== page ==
Muscle fatigue often plagues more overzealous athletes

FITNESS CLINIC

July 21, 1992|By Dr. Gabe Mirkin | Dr. Gabe Mirkin,Contributing Writer United Feature Syndicate

All competitive athletes will, at some time, run out of energy and be unable to get through a workout. Over the years, scientists have offered many explanations and treatments for this "chronic fatigue."

Most of them have been wrong.

Until 20 years ago, athletes were often told their tiredness was caused by low levels of minerals such as potassium, magnesium, sodium and/or calcium. Researchers have since shown that healthy athletes rarely suffer from such deficiencies.

Then, viruses and other infectious agents were blamed. But most of the time, doctors couldn't -- and still can't -- find these problems in athletes.

The most likely explanation for chronic fatigue in competitive athletes is muscle damage.

When you train hard for competition, you damage the microscopic fibers in your muscles. You need to allow time for your muscles to heal; ease up on your workouts for a day or so. Many athletes are so obsessed that they attempt another hard workout before their muscles have recovered. They suffer additional damage that prevents the muscle fibers from adequately storing the muscle sugar needed for fuel.

If you're a competitive athlete and suddenly find you can't get through a normal workout, you're probably training too much. Rest a few days. If you don't recover, ask your doctor to look for a hidden infection.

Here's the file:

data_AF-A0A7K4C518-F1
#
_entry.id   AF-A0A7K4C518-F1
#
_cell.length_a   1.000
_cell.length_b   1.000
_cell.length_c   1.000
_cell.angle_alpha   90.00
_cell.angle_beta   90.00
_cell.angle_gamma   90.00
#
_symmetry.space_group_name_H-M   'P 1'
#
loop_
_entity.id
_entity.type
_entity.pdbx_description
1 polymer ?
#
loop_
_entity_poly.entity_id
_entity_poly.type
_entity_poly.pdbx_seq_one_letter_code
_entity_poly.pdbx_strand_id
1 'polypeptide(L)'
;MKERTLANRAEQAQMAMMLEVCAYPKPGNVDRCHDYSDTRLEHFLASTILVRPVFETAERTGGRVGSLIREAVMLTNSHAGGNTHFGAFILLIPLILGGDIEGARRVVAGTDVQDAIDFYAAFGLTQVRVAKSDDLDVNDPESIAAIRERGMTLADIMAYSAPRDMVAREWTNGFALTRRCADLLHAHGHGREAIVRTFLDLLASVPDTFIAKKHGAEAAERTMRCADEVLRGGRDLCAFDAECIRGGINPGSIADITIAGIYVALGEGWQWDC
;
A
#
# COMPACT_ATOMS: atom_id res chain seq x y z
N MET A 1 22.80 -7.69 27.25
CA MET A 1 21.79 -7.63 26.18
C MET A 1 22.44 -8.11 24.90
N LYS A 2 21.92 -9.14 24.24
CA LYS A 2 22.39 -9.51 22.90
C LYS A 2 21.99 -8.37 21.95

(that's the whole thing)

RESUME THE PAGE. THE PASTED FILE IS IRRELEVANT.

*

Q: My foot ached when I ran; it got worse each day until it ached even when I was lying in bed. My doctor X-rayed my foot and found nothing. But he says I have a stress fracture. What can you tell me about this injury?

A: Stress fractures are small cracks in a bone's surface. Since X-rays are often not sensitive enough to detect the cracks, you may need a test that involves injecting a radioactive material into your veins to see if it collects over the fracture site.

The usual treatment for a stress fracture is to stop running. You can continue walking, although your doctor may put a cast on your leg to slow you down and make sure you can't run.

Resume running when it doesn't hurt to do so. Whole recovery usually takes about 12 weeks, although in some cases, it can take more than two years.

The most common sites for stress fractures are the bones of the lower leg and foot. If you have a stress fracture in one leg or foot, you have a 20 percent chance of suffering a fracture in the other leg or foot.

Women are more likely to develop stress fractures than men because their bones are less dense. And although a majority of stress fractures are not associated with high mileage or running on hard roads, runners develop stress fractures nearly 10 times more frequently than aerobic dancers do.

And, high-arched feet are poor shock absorbers. Therefore, people who have this condition tend to have the most foot stress fractures.

Dr. Mirkin is a practicing physician in Silver Spring specializing in sports medicine and nutrition.

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